Written by Staff Writer
19 Jun, 2016 | 12:43 pm
India’s central bank governor Raghuram Rajan, who has faced criticism from members of the ruling party for keeping interest rates too high, stunned officials on Saturday (June 18) by announcing he would step down when his term ends on September 04.
Rajan, a former chief economist at the IMF, has been popular with foreign investors for his efforts to tackle inflation, and won praises for rescuing India from its worst currency crisis in more than two decades after taking the helm in September 2013.
But in a nearly 900-world letter to Reserve Bank of India (RBI) staff he said he planned to return to academia, even as he noted two of his actions – the creation of a monetary policy committee to set interest rates and the clean-up of the banking sector – remained unfinished.
Although feted by investors, Rajan had faced strident criticism from right-wing members of Prime Minister Narendra Modi’s Bharatiya Janata Party, including parliament member Subramanian Swamy, who has waged a public campaign against his economic policies.
“I have no information that he was getting a second term. So if he says that he wants to go and he wants to save his self respect I have no problem. Let him pretend that he is giving up and going. But as long as he goes it is good,” said Subramanian Swamy, BJP lawmaker, in New Delhi.
Rajan, who is on leave from the University of Chicago, was appointed RBI Governor by the previous Congress government, where he had served as chief economic advisor to the finance minister for about a year before taking the helm of the central bank.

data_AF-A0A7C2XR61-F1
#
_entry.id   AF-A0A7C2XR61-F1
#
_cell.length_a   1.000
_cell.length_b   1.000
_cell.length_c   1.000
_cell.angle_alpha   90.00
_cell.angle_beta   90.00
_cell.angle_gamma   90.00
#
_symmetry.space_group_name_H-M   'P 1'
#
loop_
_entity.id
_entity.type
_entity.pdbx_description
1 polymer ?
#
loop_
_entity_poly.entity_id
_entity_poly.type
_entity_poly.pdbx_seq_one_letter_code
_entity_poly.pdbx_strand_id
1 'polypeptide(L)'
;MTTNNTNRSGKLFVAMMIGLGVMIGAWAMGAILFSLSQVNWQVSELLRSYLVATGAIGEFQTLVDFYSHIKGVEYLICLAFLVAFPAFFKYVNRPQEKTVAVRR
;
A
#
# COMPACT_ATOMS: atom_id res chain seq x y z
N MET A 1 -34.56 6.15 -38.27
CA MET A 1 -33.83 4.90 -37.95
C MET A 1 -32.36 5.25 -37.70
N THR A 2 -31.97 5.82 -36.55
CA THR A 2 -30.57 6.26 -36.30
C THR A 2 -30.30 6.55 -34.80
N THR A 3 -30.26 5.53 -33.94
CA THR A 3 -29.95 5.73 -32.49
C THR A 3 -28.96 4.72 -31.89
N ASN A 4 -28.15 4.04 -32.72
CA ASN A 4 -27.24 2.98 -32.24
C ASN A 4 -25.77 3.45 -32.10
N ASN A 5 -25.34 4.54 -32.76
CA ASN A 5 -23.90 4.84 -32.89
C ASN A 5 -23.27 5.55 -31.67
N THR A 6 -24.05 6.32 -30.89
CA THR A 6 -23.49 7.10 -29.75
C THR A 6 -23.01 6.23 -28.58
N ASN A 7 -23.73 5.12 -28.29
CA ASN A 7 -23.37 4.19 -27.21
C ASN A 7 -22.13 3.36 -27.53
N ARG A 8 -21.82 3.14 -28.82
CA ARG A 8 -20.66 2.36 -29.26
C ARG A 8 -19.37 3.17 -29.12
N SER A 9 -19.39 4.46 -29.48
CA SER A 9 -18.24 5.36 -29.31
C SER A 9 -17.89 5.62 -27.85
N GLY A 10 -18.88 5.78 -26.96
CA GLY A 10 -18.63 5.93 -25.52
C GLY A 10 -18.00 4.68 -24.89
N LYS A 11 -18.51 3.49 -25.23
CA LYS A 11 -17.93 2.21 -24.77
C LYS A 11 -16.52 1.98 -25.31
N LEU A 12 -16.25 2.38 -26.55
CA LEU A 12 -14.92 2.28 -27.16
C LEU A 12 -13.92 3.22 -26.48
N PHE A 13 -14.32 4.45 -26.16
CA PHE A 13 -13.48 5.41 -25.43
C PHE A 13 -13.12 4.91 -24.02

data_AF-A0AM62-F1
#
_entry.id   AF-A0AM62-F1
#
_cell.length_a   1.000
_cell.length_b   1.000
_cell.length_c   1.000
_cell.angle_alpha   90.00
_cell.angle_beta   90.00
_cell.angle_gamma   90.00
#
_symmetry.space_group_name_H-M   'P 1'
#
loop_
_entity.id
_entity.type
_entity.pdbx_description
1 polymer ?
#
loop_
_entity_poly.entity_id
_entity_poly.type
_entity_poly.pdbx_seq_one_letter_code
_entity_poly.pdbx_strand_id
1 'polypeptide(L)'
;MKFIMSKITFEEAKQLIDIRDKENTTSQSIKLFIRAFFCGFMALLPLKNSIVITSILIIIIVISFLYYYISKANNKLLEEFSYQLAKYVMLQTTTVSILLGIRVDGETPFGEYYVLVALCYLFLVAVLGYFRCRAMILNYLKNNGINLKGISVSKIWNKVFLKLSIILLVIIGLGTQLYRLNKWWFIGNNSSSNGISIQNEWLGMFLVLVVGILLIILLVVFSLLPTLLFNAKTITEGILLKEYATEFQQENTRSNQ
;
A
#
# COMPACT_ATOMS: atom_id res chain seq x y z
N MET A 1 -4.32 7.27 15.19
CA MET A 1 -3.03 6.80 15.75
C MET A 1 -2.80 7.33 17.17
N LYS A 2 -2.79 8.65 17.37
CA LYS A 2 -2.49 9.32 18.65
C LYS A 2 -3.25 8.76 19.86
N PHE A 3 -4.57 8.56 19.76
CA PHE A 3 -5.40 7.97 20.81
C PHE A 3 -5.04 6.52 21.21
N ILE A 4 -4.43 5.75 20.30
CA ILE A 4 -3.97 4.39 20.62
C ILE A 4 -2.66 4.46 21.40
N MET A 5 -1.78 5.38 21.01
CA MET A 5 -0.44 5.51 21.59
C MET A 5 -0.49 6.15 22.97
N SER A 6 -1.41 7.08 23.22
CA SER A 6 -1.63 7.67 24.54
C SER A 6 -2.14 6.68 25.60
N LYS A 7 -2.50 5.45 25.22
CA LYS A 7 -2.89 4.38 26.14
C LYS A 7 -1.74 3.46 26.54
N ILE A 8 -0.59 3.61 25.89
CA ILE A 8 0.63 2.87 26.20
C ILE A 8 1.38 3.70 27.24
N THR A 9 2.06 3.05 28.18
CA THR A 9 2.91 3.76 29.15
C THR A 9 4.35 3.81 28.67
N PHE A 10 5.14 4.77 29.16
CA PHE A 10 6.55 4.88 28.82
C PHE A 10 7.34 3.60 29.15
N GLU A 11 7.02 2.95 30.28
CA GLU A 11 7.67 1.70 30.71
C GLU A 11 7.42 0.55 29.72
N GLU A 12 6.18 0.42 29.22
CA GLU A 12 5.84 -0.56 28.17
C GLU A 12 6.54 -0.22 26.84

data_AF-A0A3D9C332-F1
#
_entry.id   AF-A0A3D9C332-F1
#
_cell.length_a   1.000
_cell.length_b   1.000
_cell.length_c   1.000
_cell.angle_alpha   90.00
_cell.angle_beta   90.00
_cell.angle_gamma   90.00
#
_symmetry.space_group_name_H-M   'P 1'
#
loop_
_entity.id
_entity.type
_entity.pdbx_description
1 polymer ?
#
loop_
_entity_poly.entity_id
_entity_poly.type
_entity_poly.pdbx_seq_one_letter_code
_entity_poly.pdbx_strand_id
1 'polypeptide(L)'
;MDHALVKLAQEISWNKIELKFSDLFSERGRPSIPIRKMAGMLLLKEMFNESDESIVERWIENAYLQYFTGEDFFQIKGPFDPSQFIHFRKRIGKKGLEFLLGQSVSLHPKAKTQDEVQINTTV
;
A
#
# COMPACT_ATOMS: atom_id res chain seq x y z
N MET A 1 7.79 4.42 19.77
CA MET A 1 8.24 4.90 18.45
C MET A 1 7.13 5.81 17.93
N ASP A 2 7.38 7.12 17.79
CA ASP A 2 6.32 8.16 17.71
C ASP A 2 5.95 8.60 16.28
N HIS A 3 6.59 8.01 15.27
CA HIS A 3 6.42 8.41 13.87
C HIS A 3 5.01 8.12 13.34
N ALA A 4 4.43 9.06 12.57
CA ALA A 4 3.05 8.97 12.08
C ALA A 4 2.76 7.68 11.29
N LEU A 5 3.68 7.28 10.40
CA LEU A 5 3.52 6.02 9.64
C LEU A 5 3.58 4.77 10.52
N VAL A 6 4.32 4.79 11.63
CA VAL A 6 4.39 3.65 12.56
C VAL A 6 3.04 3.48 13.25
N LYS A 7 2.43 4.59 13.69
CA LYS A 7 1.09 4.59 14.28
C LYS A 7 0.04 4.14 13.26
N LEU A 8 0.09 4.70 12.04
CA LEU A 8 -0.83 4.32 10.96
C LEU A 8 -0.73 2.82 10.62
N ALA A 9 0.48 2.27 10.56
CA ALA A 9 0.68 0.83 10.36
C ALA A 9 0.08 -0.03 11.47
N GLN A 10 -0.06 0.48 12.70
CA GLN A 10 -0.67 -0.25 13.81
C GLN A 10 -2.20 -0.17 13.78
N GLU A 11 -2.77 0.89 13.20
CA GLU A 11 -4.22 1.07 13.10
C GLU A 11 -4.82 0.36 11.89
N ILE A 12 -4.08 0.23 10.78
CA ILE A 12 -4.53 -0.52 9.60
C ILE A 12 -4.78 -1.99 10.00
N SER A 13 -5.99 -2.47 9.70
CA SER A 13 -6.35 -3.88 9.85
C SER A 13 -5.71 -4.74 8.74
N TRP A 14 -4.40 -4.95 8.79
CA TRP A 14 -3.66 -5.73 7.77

Rajan pushed for inflation targeting to tackle India’s history of volatile prices, which was then unveiled by the government last year.
He has also worked with the government on the creation of a monetary policy committee as well as the clean-up of heavily indebted banks – both of which may now have to be tackled by his successor.
Chief Executive Officer (CEO) Of Infosys, Vishal Sikka, hailed his contribution to the Indian economy.
“He has done a great job and we wish him very best. He was one of the visionaries. He saw the crisis in 2008 happen long before other people did and he had very deep insight into how the global economy works. I particularly excited to see what he will do next,” Sikka said in southern city of Bengaluru.
India’s opposition Congress Party was unsparing in its criticism on the government on the issue.
“It is sad. It is disappointing and it was expected. When you hound a self-respecting person, when you let loose people on him, obviously what else any self respecting person will do. He would say that I don’t want to continue and that is exactly what this government wanted,” said Manish Tewari, Congress spokesperson, in New Delhi.
Analysts said markets would likely react negatively on Monday (June 20), at a time when global factors such as Britain’s referendum on European Union membership are already weighing. Though many analysts had speculated Rajan could decide not to pursue a second term, few had foreseen it would come in the form of a letter to staff.
“I think this is going to be extremely harmful for the Indian economy. We are entering a period of quite a lot of instability – Britain exit vote is going to take place next week, there is oil price unstability and Indian monsoon have been delayed. So there is period of uncertainty ahead for global economy and the Indian economy and at a time like this for Raghuram Rajan not to be in position is going to be quite harmful for all of us,” said Meera Sanyal, a former banker, in Mumbai.
Finance Minister Arun Jaitley said in a tweet, “The Government appreciates the good work done by him and respects his decision. A decision on his successor would be announced shortly.”
06 Oct, 2022 | 01:35 PM
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